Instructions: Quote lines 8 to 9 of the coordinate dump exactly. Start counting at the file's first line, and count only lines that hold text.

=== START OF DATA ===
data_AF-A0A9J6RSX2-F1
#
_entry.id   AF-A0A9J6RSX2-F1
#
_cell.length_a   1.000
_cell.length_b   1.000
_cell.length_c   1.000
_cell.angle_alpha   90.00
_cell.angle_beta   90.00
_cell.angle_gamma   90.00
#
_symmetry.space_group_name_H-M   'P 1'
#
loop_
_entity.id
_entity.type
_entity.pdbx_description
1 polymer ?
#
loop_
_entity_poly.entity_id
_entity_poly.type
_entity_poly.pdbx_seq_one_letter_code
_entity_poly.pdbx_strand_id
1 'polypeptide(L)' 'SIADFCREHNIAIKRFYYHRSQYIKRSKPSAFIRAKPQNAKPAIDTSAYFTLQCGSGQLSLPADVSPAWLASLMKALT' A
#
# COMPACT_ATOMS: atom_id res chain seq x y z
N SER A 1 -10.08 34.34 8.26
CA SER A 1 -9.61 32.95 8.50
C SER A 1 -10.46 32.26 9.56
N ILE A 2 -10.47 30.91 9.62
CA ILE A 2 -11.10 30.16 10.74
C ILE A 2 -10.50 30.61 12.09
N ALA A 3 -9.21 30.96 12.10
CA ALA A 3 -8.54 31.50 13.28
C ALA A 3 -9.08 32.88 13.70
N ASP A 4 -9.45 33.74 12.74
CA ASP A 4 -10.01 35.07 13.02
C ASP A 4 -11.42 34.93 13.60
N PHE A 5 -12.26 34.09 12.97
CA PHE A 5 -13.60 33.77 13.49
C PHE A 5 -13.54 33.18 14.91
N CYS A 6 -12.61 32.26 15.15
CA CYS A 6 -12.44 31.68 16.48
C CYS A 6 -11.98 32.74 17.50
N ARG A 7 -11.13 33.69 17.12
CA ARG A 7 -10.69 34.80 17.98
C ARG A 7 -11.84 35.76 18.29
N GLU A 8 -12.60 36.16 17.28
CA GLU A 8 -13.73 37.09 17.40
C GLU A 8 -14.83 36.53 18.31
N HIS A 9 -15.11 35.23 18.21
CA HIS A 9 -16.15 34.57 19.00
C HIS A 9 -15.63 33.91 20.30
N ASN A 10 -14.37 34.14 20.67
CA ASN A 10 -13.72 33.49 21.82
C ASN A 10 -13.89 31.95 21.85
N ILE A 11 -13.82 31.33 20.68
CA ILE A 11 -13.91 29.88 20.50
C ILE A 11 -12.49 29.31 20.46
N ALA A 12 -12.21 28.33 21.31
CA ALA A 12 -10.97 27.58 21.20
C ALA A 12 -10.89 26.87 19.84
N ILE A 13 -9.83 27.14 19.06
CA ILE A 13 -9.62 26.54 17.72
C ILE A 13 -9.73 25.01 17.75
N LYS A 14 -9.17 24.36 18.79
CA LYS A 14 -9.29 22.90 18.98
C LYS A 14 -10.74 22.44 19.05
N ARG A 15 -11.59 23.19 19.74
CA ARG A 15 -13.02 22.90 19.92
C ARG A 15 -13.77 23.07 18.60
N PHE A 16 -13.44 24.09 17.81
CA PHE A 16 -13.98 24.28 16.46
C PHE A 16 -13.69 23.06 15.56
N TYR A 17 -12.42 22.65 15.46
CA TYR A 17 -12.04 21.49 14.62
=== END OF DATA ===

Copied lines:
_cell.angle_alpha   90.00
_cell.angle_beta   90.00